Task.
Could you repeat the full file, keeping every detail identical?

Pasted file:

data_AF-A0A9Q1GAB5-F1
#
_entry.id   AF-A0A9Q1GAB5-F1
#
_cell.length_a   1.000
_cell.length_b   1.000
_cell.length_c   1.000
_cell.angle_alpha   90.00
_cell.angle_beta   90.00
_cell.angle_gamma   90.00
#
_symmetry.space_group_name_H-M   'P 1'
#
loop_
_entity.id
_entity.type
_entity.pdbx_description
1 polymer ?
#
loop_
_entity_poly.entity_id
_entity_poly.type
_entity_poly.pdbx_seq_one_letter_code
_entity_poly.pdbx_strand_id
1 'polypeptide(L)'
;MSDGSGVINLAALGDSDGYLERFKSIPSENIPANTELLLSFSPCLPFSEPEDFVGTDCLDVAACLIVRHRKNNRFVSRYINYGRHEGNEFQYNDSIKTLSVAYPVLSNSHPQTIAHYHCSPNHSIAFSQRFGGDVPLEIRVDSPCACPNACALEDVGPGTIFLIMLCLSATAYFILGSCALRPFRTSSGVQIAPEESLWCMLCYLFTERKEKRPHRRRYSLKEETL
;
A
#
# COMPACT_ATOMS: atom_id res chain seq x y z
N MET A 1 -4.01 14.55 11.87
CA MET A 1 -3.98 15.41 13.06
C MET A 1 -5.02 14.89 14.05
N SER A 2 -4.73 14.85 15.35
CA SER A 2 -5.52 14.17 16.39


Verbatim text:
data_AF-A0A9Q1GAB5-F1
#
_entry.id   AF-A0A9Q1GAB5-F1
#
_cell.length_a   1.000
_cell.length_b   1.000
_cell.length_c   1.000
_cell.angle_alpha   90.00
_cell.angle_beta   90.00
_cell.angle_gamma   90.00
#
_symmetry.space_group_name_H-M   'P 1'
#
loop_
_entity.id
_entity.type
_entity.pdbx_description
1 polymer ?
#
loop_
_entity_poly.entity_id
_entity_poly.type
_entity_poly.pdbx_seq_one_letter_code
_entity_poly.pdbx_strand_id
1 'polypeptide(L)'
;MSDGSGVINLAALGDSDGYLERFKSIPSENIPANTELLLSFSPCLPFSEPEDFVGTDCLDVAACLIVRHRKNNRFVSRYINYGRHEGNEFQYNDSIKTLSVAYPVLSNSHPQTIAHYHCSPNHSIAFSQRFGGDVPLEIRVDSPCACPNACALEDVGPGTIFLIMLCLSATAYFILGSCALRPFRTSSGVQIAPEESLWCMLCYLFTERKEKRPHRRRYSLKEETL
;
A
#
# COMPACT_ATOMS: atom_id res chain seq x y z
N MET A 1 -4.01 14.55 11.87
CA MET A 1 -3.98 15.41 13.06
C MET A 1 -5.02 14.89 14.05
N SER A 2 -4.73 14.85 15.35
CA SER A 2 -5.52 14.17 16.39